Choose a single-blade razor, like Oui the People The Single Sensitive Skin Razor ($75; ouithepeople.com), shown below. This lightly weighted razor adds pressure to help glide across the body and cut hair for a close—but not under-the-skin—shave, sans ingrown hairs or irritation.
Always apply a moisturizing shaving cream, like Elina Organics Lavender Shave Butter ($25; elinaorganics.com), shown below. “Dry shaving can traumatize the skin’s surface, causing it to react with red bumps and a burning sensation,” Dr. Clay explains.
Once or twice a week, use a gentle exfoliator with glycolic or salicylic acid, such as Skinfix Resurface+ Glycolic Renewing Body Scrub ($30; sephora .com) to clear clogged or blocked pores that may trap hairs underneath.
In the bikini area, where ingrown hairs are most common, shave in the direction of growth to prevent cutting hair too close to the skin, says Heather C. WooleryLloyd, M.D., director of the Skin of Color Division for the University of Miami Department of Dermatology. You can also consider an electric razor. Immediately after shaving, pat the skin dry and smooth on a facial moisturizer, like Cetaphil Moisturizing Lotion ($15; drugstores).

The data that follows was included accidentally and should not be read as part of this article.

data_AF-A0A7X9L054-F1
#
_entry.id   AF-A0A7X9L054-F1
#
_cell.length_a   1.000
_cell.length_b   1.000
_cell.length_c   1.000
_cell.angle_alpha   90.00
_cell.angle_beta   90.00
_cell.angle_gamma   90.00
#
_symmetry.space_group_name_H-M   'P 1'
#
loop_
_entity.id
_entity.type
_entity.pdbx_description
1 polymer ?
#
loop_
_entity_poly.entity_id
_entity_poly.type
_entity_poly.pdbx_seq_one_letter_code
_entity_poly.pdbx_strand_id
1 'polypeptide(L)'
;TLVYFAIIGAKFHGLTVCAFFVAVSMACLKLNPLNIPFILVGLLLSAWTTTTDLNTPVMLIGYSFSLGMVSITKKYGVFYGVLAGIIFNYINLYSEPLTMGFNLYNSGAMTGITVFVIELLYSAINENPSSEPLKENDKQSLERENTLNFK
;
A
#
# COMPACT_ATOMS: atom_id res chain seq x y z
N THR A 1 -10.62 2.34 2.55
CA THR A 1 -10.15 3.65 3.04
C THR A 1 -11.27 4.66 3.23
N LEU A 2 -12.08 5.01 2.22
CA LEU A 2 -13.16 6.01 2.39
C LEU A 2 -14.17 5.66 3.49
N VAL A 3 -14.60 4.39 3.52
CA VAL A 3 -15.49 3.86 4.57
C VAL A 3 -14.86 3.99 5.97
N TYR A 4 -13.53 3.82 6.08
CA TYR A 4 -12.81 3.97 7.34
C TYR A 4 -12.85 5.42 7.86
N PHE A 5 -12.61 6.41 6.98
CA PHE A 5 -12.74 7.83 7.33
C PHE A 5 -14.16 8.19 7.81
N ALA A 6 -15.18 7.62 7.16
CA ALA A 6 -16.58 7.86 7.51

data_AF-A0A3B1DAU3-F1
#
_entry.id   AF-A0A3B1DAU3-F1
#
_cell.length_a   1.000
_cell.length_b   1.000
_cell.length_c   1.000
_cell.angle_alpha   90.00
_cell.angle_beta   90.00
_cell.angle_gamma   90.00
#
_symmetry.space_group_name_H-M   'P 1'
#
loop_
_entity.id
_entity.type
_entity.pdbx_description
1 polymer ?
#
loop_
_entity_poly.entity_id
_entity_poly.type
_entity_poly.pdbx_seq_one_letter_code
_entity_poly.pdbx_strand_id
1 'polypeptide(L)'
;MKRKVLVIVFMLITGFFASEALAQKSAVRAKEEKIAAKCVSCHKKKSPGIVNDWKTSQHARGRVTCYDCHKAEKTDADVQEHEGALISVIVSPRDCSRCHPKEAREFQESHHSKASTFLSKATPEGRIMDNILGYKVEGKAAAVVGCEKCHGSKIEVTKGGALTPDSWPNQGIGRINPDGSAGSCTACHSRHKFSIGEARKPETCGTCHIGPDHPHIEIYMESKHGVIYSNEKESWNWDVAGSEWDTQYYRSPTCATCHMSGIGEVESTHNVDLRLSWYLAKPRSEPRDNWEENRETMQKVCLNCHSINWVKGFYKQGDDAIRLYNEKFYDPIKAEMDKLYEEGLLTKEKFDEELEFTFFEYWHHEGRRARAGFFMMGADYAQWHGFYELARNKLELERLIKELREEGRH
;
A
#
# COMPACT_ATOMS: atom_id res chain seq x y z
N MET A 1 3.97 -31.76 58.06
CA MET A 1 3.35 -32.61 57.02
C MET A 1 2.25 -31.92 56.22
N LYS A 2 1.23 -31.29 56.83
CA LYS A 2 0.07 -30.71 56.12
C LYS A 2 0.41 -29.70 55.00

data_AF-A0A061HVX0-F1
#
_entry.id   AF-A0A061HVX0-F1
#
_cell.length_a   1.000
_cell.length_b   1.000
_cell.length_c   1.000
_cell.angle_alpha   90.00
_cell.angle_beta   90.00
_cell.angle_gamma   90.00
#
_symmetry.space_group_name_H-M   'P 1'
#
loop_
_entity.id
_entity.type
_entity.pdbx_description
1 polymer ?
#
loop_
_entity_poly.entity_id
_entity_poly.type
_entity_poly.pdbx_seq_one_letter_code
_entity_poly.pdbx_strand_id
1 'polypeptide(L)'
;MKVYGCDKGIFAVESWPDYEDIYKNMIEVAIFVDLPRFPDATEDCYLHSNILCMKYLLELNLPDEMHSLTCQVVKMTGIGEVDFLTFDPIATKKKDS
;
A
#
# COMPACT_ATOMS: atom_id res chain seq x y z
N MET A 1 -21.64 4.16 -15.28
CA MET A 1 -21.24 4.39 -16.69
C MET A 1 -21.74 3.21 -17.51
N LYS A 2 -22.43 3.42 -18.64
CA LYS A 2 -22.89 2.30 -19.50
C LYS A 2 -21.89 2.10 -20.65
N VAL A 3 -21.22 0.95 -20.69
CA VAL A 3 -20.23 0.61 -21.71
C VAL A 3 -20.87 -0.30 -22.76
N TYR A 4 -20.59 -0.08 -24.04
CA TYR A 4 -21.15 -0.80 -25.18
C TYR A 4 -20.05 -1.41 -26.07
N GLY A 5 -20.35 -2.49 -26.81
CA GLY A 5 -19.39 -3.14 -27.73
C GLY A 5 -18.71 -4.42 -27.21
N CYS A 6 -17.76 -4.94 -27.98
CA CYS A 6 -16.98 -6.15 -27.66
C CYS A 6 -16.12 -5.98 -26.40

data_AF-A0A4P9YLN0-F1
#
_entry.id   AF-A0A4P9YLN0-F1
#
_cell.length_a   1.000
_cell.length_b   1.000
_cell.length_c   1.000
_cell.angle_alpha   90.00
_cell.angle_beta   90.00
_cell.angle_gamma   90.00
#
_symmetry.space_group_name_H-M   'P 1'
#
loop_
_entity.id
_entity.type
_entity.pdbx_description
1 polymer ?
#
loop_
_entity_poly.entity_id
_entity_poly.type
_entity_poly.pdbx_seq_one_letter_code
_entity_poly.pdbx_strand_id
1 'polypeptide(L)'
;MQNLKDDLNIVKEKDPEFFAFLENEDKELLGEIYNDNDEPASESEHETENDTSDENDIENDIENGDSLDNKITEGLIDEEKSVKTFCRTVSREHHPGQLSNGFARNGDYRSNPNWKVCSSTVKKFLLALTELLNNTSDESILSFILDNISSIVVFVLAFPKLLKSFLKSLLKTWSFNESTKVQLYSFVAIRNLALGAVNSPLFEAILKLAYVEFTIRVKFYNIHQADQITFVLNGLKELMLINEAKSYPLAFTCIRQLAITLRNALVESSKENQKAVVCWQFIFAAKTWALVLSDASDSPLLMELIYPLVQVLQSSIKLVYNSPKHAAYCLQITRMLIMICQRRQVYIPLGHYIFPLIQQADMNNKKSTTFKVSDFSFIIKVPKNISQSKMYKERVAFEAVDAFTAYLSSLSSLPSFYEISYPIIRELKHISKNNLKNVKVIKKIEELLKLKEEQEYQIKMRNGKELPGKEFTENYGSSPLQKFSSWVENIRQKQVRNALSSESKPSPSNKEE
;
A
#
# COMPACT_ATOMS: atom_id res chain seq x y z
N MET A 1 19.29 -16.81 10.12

Even after shaving, your underarms may appear darker because of rashes, chronic irritation, or shadowing from hair under the skin. A tone-correcting deodorant, such as Secret Derma+ Even Tone 48 Hr. Invisible Gel Antiperspirant ($10, target.com), which contains vitamin C to brighten skin, may help a bit. “A condition called acanthosis nigricans can cause underarm skin to darken as well,” Dr. Clay says. “But most commonly, this is simply a normal variation of our melanin, similar to color variations in our genital area, knees, and elbows.”
The price tag is hefty (the average for a full course of treatments is $975, although that varies greatly depending on the area you’re treating), but laser removal is quicker, far less painful, and safe for many more skin tones and hair colors than it used to be. Some buyers like to factor in the time and effort saved by dispensing with ongoing hair removal and the bonus of no longer having to deal with the likes of scars, discoloration, and ingrowns.
Typically, laser hair removal requires a series of six laser treatments with six weeks between each to remove most of the treated hair permanently. The latest devices make the process comfortable with advanced features that gently suction the skin, cool it with compressed air, or use multiple wavelengths simultaneously at lower outputs to reduce pain and treatment time, says Christian Karavolas, founder of Romeo & Juliette Laser Hair Removal, in New York City. Treating an upper-lip area can take five minutes, while full legs can be done in 30 minutes. Although laser hair removal still won’t work on white and blond hair (neither has enough pigment for the laser to target), the technology has come a long way in being able to treat women of color. “A laser called the ND:YAG bypasses the pigment in your skin and instead targets just the pigment of your hair follicle,” Dr. Clay says. “Because of that, it doesn’t burn, scar, or cause pigmentation issues in dark skin.”